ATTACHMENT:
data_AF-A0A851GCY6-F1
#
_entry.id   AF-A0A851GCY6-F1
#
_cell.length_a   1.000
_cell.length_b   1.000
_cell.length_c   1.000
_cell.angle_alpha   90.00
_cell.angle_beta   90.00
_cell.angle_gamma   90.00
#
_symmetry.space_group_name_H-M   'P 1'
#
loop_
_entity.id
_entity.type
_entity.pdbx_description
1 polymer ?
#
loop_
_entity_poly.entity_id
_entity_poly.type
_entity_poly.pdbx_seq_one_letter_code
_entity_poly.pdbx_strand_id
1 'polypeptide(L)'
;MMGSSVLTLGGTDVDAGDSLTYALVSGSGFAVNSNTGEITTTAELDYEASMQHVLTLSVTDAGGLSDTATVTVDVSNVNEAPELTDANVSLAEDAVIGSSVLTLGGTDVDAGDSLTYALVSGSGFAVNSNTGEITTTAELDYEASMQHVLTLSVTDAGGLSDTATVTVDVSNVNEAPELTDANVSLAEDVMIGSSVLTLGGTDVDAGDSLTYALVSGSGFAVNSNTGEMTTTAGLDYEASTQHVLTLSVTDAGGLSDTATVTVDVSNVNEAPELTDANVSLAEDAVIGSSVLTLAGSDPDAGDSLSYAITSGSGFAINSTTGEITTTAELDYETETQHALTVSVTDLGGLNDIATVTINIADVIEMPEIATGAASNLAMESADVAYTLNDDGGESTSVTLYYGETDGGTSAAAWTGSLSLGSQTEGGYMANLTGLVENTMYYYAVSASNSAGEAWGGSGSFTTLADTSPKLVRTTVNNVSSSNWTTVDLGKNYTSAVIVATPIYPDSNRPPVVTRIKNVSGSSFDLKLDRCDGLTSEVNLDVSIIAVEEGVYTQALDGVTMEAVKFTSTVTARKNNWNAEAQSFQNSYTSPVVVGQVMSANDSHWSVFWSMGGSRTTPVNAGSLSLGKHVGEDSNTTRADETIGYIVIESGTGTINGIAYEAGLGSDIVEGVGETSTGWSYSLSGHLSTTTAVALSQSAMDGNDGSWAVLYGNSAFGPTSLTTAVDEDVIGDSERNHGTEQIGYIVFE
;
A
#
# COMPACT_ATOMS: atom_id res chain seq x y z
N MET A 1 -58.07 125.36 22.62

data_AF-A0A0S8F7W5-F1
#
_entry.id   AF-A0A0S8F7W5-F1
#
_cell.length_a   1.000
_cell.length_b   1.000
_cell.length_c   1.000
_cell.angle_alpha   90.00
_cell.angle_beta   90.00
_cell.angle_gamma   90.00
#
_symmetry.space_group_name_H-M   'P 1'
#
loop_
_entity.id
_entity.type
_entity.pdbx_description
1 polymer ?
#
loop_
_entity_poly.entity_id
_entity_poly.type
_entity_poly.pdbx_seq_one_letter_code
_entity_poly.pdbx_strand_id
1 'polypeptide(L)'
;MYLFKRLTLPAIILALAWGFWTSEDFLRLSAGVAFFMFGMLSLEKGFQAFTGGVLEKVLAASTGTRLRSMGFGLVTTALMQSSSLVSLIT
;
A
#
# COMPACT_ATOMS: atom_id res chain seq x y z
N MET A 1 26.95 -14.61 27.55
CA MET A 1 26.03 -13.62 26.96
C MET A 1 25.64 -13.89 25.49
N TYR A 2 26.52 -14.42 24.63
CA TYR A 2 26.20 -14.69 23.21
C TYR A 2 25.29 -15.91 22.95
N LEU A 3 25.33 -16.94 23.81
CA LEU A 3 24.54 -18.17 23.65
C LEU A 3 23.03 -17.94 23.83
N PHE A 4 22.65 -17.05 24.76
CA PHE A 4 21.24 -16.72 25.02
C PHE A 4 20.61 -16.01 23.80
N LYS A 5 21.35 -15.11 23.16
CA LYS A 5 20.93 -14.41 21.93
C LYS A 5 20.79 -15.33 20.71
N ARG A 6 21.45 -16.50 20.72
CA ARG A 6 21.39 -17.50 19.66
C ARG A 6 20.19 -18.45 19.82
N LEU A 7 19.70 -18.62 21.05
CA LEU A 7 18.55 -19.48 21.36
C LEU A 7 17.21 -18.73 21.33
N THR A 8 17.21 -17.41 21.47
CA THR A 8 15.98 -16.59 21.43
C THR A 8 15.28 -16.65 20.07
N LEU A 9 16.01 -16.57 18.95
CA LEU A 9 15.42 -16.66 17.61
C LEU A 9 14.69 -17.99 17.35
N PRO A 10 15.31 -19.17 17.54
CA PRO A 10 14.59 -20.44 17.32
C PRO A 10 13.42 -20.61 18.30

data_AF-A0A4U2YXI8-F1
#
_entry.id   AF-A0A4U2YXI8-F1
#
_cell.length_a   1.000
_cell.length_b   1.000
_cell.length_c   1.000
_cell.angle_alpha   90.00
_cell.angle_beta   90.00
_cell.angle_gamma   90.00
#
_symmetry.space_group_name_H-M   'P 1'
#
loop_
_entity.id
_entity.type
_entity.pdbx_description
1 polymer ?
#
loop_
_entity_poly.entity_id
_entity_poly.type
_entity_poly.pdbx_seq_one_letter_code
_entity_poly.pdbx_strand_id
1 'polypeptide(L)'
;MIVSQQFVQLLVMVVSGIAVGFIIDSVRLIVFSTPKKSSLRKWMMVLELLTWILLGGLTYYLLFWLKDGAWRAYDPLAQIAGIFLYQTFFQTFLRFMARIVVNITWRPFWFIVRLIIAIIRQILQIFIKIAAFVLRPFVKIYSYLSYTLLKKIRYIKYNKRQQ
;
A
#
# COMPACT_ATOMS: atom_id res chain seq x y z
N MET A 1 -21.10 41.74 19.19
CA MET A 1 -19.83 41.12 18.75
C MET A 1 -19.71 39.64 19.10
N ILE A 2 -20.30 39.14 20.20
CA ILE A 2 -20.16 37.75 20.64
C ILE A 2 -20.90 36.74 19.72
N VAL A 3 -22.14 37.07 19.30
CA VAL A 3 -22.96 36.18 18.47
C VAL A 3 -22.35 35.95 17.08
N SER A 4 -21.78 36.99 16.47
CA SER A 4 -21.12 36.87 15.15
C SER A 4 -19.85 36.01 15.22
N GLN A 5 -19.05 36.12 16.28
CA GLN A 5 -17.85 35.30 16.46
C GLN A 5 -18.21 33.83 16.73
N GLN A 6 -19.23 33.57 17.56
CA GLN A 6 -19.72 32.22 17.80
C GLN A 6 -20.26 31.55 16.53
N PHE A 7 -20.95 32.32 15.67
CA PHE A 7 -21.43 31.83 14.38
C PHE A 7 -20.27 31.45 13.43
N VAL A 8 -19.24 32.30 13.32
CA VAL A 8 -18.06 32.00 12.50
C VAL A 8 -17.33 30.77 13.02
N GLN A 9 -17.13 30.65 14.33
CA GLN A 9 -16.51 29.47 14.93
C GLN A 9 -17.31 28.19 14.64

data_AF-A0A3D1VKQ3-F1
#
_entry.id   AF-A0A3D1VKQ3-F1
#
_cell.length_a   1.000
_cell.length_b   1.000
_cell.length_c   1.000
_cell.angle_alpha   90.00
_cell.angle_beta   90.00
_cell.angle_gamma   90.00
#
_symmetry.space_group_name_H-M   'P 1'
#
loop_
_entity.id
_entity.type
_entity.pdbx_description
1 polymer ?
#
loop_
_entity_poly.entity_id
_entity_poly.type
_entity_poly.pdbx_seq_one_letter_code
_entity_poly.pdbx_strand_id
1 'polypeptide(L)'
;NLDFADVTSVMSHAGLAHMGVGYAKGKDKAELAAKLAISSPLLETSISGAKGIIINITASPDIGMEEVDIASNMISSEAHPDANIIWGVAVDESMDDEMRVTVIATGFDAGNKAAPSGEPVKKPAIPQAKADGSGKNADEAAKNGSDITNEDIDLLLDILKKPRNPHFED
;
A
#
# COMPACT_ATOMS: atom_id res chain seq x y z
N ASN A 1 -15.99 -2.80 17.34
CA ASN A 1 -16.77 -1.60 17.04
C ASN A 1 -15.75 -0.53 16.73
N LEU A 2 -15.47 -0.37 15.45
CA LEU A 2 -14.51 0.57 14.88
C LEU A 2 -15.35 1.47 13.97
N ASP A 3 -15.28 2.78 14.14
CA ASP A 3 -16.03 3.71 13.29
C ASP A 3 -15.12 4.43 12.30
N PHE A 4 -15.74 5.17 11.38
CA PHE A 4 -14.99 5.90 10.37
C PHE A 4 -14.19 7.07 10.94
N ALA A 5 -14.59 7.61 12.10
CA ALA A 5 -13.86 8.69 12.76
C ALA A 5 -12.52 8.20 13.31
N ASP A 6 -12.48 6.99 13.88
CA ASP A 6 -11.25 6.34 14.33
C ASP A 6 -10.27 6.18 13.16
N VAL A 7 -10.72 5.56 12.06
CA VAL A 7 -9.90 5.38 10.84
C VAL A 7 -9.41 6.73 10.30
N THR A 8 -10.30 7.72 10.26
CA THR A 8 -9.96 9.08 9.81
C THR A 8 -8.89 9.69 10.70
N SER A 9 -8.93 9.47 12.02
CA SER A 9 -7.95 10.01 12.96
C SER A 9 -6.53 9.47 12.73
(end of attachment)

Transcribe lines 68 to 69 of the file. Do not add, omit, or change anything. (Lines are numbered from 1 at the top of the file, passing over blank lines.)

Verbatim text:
N LEU A 3 25.33 -16.94 23.81
CA LEU A 3 24.54 -18.17 23.65